It’s a Herr-raiser! The Frozen Dead on DVD!

The Frozen Dead

As far as seminal nightmares go, THE FROZEN DEAD (1966) is way up there for this reporter. I remember seeing it for the first time on television, early 70s, while at a sleepover at another kid’s house. The movie traumatized me squarely enough but when the lights were out my “friend” compounded matters by rasping “Burrry meeee… burrrry meeeee” in the dark. Somewhere, in that alternate universe where we are forever children, I am still screaming.

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But I digress. The good folks/madmen/crazy ladies at The Warner Brothers Archive Collection have brought Herbert J. Leder’s THE FROZEN DEAD back into the world, after decades of obscurity and a few short years of gray market/YouTube ignominy, where nth generation dupes made the film appear to have photographed through a pair of nylons. Shot in lustrous Eastmancolor by British cinematographer Davis Boulton (THE HAUNTING/CHILDREN OF THE DAMNED), the film was exhibited more widely in the United States in black-and-white (way to pinch pennies, Warner Brothers-Seven Arts!). Luckily, it was restored to full color for TV airings, which is how I saw it. Oh, the blue… the blue! But again I digress — more about the blue later. Thanks to the WAB, THE FROZEN DEAD has been restored to its premiere condition, letterboxed at 1.66:1 on this DVD-R, where colors pop quite satisfyingly. See for yourself!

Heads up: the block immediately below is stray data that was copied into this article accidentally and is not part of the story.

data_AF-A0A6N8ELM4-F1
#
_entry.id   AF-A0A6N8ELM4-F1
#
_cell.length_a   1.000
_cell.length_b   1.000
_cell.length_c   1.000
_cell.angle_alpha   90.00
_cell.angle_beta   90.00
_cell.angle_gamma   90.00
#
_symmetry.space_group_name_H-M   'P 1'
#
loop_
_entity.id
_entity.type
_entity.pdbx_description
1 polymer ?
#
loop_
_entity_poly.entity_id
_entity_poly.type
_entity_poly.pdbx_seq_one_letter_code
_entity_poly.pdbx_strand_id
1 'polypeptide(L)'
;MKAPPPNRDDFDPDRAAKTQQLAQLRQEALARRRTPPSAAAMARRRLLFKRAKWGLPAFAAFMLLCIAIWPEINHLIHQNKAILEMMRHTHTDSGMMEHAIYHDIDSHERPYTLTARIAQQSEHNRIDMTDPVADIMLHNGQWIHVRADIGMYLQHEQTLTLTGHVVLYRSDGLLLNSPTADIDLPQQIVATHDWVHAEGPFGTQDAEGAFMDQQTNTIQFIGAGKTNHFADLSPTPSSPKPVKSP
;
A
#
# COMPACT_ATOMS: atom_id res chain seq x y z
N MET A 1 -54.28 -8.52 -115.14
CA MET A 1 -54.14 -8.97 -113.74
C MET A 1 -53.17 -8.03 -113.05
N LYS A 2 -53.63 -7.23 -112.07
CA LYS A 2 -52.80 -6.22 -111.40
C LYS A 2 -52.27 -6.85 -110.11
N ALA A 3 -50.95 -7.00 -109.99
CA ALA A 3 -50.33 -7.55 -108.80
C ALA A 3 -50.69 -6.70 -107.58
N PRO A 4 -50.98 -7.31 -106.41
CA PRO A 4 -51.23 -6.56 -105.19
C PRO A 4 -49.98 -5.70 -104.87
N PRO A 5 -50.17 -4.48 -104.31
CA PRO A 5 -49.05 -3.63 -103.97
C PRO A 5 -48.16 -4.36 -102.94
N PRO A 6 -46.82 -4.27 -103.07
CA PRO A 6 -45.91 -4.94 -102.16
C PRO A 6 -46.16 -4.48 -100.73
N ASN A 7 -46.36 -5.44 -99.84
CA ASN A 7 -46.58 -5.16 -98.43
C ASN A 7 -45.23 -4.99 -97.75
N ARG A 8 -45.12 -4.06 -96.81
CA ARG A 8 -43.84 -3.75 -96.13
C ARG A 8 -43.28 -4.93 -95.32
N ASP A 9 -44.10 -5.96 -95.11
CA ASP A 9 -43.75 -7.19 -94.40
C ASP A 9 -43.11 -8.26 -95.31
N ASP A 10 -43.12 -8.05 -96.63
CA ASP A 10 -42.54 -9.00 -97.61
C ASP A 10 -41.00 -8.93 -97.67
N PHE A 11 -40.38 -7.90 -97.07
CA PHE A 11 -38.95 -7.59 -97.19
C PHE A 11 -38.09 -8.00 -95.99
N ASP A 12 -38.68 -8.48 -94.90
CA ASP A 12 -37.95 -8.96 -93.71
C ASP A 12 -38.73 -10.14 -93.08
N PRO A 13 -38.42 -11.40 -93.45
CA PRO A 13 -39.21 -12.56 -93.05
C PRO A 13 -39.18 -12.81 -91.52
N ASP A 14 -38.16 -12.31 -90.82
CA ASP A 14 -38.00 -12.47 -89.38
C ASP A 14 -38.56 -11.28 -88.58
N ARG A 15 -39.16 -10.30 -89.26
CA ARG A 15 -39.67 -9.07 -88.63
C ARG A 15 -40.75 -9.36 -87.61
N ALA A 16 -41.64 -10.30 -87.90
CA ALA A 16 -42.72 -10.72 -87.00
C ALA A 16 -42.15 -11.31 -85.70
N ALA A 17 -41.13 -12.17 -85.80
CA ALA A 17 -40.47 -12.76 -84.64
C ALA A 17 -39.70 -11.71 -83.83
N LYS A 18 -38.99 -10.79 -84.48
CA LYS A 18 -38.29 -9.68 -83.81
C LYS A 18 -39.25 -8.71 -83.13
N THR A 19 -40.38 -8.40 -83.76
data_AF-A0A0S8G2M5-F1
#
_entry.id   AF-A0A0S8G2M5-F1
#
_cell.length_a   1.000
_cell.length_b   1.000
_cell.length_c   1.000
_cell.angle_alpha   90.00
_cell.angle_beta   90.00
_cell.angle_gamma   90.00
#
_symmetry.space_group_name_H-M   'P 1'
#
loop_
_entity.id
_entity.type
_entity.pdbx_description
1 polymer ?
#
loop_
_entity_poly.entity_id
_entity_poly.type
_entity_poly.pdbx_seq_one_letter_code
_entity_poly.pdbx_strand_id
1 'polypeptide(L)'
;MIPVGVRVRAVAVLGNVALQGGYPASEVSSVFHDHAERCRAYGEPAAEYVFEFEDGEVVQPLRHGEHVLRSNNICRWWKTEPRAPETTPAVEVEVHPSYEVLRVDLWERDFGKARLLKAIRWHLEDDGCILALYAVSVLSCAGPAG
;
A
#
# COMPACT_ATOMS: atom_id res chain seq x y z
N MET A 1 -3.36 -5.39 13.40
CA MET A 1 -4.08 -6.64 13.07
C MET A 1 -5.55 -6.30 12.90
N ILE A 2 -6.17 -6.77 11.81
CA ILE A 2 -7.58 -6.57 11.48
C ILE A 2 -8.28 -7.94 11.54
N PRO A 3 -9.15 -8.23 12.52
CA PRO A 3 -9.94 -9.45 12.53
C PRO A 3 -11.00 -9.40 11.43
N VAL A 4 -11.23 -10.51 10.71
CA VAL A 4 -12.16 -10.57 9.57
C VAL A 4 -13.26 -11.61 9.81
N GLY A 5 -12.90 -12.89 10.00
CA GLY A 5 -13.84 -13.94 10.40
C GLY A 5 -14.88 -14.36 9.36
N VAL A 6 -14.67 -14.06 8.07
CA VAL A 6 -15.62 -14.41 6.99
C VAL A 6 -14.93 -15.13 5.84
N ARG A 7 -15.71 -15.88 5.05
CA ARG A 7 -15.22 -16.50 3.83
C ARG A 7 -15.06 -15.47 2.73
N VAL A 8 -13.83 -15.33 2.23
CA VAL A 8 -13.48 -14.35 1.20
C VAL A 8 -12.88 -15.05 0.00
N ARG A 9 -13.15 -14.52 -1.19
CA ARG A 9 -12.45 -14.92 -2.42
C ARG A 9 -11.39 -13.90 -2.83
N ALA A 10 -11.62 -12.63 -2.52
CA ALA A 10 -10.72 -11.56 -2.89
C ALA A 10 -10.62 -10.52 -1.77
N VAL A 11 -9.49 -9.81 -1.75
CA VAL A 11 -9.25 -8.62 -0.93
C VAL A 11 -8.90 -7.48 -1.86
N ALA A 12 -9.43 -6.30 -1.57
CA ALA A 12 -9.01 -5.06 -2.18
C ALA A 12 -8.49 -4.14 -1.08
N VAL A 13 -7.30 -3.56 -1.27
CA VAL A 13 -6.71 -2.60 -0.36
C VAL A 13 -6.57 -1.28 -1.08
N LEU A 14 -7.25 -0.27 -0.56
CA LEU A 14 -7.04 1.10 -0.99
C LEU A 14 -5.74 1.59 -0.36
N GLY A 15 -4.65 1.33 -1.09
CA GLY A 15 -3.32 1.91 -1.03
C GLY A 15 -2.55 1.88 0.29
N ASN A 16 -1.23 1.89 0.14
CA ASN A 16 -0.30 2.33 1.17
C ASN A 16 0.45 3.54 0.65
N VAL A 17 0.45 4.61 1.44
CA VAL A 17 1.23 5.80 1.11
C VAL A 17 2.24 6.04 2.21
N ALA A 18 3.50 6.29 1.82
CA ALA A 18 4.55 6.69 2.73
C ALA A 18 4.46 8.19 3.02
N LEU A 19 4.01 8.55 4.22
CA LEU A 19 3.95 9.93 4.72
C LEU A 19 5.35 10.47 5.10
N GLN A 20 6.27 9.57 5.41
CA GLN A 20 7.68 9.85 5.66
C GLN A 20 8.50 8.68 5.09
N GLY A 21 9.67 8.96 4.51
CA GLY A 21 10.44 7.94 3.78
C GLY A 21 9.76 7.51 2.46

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Here’s der plot. At the end of World War II, and with Hitler’s brain saved elsewhere, 1,500 members of the Nazi elite were put into cold storage and warehoused in English manor houses, caves, “even in Egypt,” awaiting the day when the aging Reich would call them back into service. Apparently that day is 1966. One of many Nazi scientists entrusted with a selection of cryogenically preserved SS officers is Dr. Norburg (Dana Andrews), whose ongoing experiments are interrupted by the arrival of high-ranking Nazi Party members General Lubeck (Czech actor Karel Stepanek fled Germany in 1940 and made a living in Great Britain playing Nazis) and Dr. Tirpitz (British stage actor Basil Henson). Sussing out that his over-eager assistant Karl (Alan Tilvern, later movie mogul R.K. Maroon in WHO FRAMED ROGER RABBIT?) has prematurely called in the big guns, Norburg confesses to his superiors that his experiments to un-freeze his subjects have resulted in a cadre of mentally defective basket cases — among whose lumbering number is his own brother (Edward Fox, a few years from his career-making turn in DAY OF THE JACKAL ), formerly an aid to Gestapo head honcho Heinrich Himmler but reduced now to a state of strangly/screamy psychopathy. What’s worse for Norburg is that his niece Jean (TOWER OF EVIL‘s Anna Palk) is coming home early from college and has brought along her American friend, Elsa (Kathleen Breck, leading lady of Michael Winner’s bedsit noir WEST 11) at the same time that an American colleague, Ted Roberts (Philip Gilbert), is due for a visit to share shop talk about how he kept a dog’s severed head alive. Mein Gott, time to start making up the guest rooms!